Open Access

The accuracy of clinical malaria case reporting at primary health care facilities in Honiara, Solomon Islands

Malaria Journal20098:80

https://doi.org/10.1186/1475-2875-8-80

Received: 19 December 2008

Accepted: 23 April 2009

Published: 23 April 2009

Abstract

Background

The accuracy of malaria case reporting is challenging due to restricted human and material resources in many countries. The reporting often depends on the clinical diagnosis because of the scarcity of microscopic examinations. Particularly, clinical malaria case reporting by primary health care facilities (local clinics), which constitutes the baseline data of surveillance, has never previously been sufficiently evaluated. In order to improve the malaria reporting system to the level required to eventually eliminate this disease, this study estimates the gaps between the records of clinics and government statistics regarding the incidence of clinical malaria, and then also examines some factors that might explain the data discrepancy, including such variables as clinic staffing and record keeping.

Methods

All medical records for outpatients in 2007, handwritten by nurses, were collected from local clinics in Honiara, the capital of the Solomon Islands. The all-monthly clinical malaria cases were then recalculated. The corresponding monthly data in official statistics were provided by the government. Next, in order to estimate any data discrepancy, the ratio of the cases recorded at clinics to the cases reported to the government was determined on the monthly basis. Finally, the associations between the monthly discrepancy and other variables were evaluated by a multiple regression analysis.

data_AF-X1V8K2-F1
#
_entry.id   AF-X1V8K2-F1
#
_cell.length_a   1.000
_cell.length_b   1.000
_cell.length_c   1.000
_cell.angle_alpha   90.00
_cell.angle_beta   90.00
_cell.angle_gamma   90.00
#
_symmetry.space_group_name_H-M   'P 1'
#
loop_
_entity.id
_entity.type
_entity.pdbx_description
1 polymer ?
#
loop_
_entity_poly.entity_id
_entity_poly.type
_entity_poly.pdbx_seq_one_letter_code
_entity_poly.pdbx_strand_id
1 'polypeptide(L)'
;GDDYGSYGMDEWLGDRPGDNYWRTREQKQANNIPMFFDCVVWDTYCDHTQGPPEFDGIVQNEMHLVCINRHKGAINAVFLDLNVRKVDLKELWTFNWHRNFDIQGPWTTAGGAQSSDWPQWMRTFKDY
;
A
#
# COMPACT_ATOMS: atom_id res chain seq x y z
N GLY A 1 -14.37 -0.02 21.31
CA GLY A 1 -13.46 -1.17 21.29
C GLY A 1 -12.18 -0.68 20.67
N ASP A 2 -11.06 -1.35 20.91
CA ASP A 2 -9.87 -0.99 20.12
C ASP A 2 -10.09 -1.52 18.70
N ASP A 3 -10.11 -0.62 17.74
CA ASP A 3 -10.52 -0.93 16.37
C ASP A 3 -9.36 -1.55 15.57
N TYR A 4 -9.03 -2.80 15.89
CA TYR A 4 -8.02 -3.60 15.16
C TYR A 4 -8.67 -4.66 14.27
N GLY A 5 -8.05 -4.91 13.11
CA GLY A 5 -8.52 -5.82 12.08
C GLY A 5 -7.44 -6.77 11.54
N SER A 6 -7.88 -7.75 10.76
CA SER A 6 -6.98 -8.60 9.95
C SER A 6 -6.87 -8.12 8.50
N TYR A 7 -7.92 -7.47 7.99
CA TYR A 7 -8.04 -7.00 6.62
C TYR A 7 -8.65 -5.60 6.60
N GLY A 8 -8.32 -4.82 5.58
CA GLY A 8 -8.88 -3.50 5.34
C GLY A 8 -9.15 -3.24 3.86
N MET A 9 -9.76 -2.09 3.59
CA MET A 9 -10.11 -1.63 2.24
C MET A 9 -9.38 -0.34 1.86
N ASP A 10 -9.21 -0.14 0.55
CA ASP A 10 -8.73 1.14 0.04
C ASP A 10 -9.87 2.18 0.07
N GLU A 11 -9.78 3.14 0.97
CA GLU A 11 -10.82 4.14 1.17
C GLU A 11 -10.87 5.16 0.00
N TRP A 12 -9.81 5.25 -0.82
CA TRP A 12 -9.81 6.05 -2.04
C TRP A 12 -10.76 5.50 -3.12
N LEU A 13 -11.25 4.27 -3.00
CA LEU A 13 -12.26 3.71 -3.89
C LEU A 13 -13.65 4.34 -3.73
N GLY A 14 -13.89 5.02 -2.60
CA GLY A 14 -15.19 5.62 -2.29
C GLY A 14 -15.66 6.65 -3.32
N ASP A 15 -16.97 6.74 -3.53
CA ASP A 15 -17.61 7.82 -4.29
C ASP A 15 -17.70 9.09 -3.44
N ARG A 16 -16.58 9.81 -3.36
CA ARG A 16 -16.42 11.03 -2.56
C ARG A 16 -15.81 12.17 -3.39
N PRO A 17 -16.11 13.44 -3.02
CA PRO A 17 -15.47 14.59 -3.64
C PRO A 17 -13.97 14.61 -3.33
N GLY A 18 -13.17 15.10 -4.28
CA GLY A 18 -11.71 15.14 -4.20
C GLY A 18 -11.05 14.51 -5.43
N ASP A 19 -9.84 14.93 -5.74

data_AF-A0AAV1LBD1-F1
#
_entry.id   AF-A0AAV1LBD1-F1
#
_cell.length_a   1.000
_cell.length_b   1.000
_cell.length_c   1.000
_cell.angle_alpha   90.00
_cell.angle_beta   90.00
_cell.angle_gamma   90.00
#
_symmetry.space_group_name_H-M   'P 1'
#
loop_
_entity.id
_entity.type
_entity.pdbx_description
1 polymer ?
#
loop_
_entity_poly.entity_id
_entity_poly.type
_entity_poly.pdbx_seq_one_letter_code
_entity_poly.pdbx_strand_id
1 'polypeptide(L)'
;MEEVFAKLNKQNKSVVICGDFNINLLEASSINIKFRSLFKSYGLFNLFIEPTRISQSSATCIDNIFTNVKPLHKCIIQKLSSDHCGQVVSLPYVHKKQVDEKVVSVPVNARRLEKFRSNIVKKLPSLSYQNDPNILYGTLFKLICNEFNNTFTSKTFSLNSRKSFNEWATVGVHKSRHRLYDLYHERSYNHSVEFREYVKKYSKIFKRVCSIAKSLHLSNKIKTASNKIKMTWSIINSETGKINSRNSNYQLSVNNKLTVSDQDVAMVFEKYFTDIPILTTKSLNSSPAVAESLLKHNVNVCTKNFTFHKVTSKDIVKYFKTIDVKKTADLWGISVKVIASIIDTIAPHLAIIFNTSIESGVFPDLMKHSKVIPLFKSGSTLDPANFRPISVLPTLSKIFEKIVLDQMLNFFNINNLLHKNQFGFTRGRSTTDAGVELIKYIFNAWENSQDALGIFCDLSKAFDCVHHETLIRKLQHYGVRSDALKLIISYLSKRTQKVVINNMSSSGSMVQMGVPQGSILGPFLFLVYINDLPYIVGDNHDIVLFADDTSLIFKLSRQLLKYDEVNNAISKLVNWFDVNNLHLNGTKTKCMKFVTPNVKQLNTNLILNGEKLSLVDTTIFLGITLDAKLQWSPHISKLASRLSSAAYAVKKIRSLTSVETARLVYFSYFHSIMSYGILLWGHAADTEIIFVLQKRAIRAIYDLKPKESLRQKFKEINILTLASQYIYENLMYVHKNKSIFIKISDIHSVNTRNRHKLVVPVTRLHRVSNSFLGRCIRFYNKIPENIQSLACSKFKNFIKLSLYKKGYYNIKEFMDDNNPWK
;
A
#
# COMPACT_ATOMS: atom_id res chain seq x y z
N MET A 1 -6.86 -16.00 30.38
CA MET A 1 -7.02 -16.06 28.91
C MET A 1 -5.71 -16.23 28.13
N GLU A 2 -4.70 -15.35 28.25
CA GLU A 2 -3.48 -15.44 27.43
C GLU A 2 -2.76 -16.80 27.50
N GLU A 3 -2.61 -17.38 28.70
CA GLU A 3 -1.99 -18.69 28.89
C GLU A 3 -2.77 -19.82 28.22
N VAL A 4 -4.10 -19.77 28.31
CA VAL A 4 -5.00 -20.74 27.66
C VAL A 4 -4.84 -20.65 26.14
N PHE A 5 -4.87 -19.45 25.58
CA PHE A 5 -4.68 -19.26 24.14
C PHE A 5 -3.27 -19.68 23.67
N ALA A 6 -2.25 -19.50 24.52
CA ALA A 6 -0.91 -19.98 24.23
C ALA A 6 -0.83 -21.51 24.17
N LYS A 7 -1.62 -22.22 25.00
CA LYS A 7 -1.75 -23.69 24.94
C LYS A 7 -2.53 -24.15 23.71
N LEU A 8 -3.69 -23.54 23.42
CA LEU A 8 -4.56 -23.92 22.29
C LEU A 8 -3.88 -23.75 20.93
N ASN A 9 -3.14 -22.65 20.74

Results

The mean data discrepancy between the records of clinics and government statistics was 21.2% (n = 96). Significant associations were observed between the discrepancy and the average number of patients (coefficient: 0.05, 95%CI: 0.31, 0.07), illegible handwriting (coefficient: 0.09, 95%CI: 0.04, 0.15), the use of tally sheets (coefficient:-0.38, 95%CI: -0.54, -0.22), and the clinic level (coefficient:-0.48, 95%CI:-0.89,-0.06).

Conclusion

The findings of this study demonstrate the huge data discrepancy between the records of clinics and government statistics in regard to clinical malaria case reporting. Moreover, the high numbers of patients, illegible writing, the disuse of tally sheets, and insufficient resources at some clinics are likely to be related to the increase in the discrepancy. The clinical malaria case reporting at the local clinic level therefore urgently needs improvement, in order to achieve both better malaria surveillance and to also eventually eliminate this disease in the Solomon Islands.

Background